One of the aims of the #LBBill is to push the State to be more acknowledging, more respectful of the input of families & allies into the lives of disabled people, post 18. The current attitude of the State is pretty piss poor. The most common responses of the State towards families range from being totally ignored, humoured, to being met with suspicion or downright hostility.
This attitude doesnt make any sense to me. Surely all the evidence is that families become even more important post 18. Just supposing that on the person’s 18th birthday, every family announced that they were downing tools. The State would implode.
For people with autism, routine is so crucial and for the most part between the ages of 5 and 18, that routine is provided by the routine of school. When school ends, a whole new routine needs to be built and it is solely down to the family to facilitate and maintain the new routines. Nobody else can do it. And it becomes a lifetime’s job from 18 until the family carer is no longer around.
At 18, you get caught up in the lie that is “transition into adult services”. There are no services. There is no transition. But you become distracted by this imaginary process at a time when your energy needs to be focused elsewhere – helping your 18 year old build a new life. I remember Steven’s old social worker, Whistler’s Mother, giving me a wad of handouts of ” things Steven might like to get involved with”. Most of them had been photocopied so many times they were unreadable. Most related to children’s services. A handful related to events he could do once or twice a year. Out of 60 odd pages, there wasn’t one that could be used to build a new routine.
The reliance on families by the State is huge. I’ve written many times before that for personalisation to work, the expectation on the family’s input is massive. You become an employer. You have to run a payroll. You have to recruit staff. Nobody else will do it. If families didn’t do it, personalisation would collapse.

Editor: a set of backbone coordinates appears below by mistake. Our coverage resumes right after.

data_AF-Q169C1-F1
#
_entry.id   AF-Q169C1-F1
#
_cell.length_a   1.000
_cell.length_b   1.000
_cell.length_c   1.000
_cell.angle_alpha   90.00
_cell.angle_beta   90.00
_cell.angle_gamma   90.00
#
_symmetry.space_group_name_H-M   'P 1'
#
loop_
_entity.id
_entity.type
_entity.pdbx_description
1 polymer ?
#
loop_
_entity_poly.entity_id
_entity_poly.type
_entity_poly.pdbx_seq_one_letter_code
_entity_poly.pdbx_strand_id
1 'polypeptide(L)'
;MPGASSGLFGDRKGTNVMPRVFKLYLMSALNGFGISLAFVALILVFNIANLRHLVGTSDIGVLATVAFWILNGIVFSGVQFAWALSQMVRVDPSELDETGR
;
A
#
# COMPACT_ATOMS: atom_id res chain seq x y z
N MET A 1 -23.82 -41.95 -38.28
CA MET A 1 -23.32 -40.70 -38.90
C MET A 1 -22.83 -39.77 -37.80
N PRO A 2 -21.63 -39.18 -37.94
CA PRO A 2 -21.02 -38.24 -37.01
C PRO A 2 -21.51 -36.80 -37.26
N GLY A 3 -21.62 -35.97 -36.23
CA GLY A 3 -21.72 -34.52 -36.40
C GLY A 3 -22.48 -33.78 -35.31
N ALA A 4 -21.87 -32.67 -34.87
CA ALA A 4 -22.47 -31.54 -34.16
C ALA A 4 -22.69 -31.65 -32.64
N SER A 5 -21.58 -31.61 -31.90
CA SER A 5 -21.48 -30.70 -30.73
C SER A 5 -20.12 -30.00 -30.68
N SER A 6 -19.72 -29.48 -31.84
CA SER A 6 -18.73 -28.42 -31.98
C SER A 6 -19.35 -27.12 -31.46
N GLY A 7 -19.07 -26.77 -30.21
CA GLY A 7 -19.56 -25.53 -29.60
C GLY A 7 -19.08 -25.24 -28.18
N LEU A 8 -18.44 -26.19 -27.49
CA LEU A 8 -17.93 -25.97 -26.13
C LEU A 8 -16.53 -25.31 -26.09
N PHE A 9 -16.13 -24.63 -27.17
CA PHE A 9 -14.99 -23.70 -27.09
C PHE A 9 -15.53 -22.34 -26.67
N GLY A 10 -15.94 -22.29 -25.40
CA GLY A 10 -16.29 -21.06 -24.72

A family member’s life changes dramatically when your son or daughter hits 18 as well. I was lucky, being self employed, that I could chose the hours I worked. But overnight, I suddenly had to reduce my working hours considerably. There was no support and Steven needs 24 hour support. Even with his “gold standard package”, I still can’t work more than 25 hours per week.
The other problematic area is that a whole lifetime of experience suddenly counts for nothing. Knowledge, memories, built relationships are suddenly seen as threatening rather than the foundation stones they should be. It is deeply confusing for the family because, on the whole, during childhood your input is valued by the State. Upon the arrival of an 18th birthday card, you become a nobody in a nothing system.
This isn’t meant to be a whinge post. I love my role in Steven’s life and know it couldn’t be any other way. But roll on #LBBill and a day when the State recognises the reality of life for the over 18s of the social care world and their families.
From → Social Care